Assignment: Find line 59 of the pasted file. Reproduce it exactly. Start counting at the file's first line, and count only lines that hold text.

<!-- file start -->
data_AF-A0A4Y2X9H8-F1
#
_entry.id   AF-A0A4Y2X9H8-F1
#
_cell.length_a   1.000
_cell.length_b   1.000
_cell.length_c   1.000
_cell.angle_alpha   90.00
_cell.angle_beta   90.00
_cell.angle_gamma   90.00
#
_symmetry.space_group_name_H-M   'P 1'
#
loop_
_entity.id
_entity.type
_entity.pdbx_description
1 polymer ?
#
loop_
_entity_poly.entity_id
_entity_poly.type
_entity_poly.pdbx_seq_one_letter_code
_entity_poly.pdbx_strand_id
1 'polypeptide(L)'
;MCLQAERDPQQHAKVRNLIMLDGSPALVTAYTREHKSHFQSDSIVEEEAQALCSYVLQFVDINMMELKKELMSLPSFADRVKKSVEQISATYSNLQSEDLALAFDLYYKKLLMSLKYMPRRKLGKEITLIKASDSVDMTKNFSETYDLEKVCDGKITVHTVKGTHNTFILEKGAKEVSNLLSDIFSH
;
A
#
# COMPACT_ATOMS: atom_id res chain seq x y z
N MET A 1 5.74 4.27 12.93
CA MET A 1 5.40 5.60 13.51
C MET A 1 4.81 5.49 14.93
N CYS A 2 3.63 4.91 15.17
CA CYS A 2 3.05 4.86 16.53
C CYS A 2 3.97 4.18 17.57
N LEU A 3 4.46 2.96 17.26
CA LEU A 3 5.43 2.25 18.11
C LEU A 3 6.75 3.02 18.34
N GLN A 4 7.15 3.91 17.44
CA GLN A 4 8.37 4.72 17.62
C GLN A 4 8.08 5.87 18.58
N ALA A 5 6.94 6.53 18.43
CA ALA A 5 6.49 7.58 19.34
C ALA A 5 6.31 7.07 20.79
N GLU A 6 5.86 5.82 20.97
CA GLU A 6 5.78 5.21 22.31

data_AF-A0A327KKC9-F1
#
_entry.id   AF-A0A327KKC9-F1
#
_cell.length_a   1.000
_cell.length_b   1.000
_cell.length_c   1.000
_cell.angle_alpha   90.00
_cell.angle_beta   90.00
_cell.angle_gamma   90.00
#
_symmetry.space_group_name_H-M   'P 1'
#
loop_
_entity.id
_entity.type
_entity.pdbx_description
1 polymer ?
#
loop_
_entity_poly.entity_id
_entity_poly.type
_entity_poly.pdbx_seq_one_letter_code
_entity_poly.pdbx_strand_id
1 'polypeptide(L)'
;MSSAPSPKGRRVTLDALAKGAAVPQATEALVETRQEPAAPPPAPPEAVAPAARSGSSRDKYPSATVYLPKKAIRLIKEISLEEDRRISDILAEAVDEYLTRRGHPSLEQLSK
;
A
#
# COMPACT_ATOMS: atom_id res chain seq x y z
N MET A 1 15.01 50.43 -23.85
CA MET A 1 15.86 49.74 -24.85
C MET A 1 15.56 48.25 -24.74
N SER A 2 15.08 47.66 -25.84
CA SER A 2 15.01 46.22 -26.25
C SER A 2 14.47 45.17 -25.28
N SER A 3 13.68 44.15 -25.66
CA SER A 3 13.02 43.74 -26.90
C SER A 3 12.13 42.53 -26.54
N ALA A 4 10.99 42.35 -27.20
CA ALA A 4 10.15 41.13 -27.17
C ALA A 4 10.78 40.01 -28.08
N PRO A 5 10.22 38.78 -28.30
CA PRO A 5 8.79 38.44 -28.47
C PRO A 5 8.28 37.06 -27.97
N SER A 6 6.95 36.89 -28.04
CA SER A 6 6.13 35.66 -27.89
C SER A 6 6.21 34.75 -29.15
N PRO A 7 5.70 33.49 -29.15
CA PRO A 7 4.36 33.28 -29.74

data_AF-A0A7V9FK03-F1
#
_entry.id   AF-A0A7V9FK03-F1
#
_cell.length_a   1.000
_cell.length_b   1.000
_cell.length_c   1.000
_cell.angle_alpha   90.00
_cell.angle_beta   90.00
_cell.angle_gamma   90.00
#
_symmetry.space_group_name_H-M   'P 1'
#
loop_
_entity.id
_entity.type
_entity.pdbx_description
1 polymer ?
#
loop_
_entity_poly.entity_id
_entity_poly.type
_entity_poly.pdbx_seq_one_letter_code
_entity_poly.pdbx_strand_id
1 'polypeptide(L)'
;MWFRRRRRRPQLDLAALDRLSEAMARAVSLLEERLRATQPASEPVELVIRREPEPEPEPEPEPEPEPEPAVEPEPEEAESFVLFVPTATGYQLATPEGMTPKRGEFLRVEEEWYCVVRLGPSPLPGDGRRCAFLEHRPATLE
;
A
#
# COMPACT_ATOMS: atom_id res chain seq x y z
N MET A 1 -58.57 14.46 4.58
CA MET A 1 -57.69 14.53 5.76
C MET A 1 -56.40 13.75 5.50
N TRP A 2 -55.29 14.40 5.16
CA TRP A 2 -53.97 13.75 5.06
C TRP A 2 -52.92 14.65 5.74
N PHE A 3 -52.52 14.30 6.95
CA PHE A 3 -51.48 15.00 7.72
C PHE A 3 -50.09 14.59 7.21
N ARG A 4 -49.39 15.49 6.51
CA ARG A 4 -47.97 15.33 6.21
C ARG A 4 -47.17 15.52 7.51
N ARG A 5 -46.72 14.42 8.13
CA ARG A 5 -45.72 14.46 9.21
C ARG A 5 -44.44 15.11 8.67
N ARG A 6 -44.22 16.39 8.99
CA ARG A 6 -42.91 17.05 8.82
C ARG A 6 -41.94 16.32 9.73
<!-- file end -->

_symmetry.space_group_name_H-M   'P 1'